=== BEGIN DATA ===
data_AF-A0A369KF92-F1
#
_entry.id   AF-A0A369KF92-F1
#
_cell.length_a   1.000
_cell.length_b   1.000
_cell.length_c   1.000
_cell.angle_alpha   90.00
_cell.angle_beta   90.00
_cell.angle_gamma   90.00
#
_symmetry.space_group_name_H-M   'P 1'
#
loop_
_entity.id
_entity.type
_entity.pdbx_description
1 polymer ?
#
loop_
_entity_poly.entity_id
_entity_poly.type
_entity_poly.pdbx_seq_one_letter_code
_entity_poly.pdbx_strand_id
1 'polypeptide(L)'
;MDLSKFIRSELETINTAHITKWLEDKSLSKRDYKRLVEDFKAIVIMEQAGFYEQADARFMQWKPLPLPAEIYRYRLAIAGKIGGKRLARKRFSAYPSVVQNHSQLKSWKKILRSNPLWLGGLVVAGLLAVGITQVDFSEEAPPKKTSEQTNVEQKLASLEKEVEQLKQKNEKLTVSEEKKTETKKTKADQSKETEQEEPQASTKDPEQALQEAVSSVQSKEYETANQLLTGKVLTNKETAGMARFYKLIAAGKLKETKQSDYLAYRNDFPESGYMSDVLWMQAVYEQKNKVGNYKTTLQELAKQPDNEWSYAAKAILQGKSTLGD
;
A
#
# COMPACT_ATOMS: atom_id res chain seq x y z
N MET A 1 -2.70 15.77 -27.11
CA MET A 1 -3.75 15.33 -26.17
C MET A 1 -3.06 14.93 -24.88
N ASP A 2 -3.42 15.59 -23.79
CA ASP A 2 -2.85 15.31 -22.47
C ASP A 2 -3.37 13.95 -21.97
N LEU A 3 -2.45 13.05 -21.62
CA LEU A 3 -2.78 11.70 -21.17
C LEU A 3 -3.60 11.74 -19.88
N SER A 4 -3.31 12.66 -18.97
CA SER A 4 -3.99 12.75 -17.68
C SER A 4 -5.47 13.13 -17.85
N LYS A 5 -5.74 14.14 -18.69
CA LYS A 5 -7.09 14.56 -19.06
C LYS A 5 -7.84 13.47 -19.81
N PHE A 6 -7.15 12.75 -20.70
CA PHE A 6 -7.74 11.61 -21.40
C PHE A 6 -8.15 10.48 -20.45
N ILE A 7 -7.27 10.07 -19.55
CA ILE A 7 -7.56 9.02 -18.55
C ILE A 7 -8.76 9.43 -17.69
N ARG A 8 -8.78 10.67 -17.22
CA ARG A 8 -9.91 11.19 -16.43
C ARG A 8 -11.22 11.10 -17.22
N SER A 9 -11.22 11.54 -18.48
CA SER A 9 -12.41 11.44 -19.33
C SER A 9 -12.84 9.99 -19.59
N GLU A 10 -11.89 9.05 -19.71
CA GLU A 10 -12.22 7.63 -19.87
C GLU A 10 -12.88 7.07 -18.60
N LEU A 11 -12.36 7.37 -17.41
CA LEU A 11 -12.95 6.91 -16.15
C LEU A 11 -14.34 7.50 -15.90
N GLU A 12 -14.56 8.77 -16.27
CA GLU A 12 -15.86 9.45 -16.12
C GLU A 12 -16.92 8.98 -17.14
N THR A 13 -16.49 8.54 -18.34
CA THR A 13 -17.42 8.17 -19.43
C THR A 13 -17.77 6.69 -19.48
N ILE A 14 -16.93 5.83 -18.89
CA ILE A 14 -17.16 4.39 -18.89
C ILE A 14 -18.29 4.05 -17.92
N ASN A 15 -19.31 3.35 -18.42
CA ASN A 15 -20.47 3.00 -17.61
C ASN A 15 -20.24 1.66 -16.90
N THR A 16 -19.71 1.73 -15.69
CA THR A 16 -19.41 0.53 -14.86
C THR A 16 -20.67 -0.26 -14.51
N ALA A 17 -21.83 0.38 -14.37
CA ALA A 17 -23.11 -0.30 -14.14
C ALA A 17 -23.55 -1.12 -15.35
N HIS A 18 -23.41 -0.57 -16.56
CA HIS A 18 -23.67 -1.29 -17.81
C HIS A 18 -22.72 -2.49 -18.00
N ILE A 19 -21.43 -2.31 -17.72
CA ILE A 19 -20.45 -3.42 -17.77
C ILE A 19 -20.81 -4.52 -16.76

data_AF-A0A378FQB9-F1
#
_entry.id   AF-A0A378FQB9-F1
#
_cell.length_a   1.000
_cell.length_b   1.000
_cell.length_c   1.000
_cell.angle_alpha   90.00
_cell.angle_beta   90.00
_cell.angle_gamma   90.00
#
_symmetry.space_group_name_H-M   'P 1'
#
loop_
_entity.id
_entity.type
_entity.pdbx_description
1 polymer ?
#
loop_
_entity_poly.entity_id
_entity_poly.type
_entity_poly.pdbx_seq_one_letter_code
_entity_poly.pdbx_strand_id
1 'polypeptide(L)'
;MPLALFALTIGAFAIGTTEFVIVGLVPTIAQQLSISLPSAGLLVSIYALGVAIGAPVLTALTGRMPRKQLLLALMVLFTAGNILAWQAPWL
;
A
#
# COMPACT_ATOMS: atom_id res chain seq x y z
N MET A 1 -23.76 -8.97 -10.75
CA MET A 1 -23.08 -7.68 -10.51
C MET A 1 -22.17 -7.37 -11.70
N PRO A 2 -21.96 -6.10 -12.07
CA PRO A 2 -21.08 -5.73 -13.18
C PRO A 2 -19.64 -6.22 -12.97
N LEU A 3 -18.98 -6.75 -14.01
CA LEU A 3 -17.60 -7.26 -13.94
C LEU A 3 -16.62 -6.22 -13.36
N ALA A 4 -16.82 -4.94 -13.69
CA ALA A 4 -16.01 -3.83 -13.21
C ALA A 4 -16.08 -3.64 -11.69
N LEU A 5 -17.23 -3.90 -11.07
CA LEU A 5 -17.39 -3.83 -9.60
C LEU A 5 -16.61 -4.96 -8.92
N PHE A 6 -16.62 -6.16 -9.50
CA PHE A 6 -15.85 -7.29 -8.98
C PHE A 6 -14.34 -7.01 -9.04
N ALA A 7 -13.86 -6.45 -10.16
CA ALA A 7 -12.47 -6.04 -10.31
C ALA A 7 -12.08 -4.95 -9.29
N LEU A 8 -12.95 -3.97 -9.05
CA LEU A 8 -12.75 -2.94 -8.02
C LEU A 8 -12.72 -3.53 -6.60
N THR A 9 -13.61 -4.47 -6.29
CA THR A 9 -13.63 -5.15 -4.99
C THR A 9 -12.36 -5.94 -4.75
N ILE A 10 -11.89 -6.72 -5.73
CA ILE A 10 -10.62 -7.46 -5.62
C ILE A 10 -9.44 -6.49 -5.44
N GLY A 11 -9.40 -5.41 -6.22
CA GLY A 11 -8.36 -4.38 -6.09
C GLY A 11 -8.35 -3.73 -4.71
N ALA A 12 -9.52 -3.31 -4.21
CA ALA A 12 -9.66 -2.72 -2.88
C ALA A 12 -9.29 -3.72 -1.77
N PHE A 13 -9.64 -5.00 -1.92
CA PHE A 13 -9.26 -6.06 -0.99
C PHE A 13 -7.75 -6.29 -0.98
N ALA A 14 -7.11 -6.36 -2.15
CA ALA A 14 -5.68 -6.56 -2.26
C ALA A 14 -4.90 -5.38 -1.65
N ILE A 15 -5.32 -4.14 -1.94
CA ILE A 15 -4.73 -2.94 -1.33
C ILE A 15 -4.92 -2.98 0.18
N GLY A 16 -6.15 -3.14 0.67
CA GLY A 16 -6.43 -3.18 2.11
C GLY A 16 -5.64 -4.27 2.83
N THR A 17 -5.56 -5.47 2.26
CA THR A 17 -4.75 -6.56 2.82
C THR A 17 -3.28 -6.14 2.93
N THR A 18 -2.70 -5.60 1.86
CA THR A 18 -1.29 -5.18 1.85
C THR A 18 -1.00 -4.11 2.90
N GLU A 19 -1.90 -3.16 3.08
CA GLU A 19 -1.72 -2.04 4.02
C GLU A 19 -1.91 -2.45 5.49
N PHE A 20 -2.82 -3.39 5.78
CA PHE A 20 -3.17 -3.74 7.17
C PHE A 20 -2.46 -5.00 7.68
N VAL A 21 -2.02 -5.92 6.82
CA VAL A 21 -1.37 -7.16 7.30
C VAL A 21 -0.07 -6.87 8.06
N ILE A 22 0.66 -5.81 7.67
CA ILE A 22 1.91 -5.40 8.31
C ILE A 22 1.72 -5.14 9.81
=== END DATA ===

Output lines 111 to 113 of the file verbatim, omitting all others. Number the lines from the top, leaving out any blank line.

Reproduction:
_entity_poly.pdbx_strand_id
1 'polypeptide(L)'
;MPLALFALTIGAFAIGTTEFVIVGLVPTIAQQLSISLPSAGLLVSIYALGVAIGAPVLTALTGRMPRKQLLLALMVLFTAGNILAWQAPWL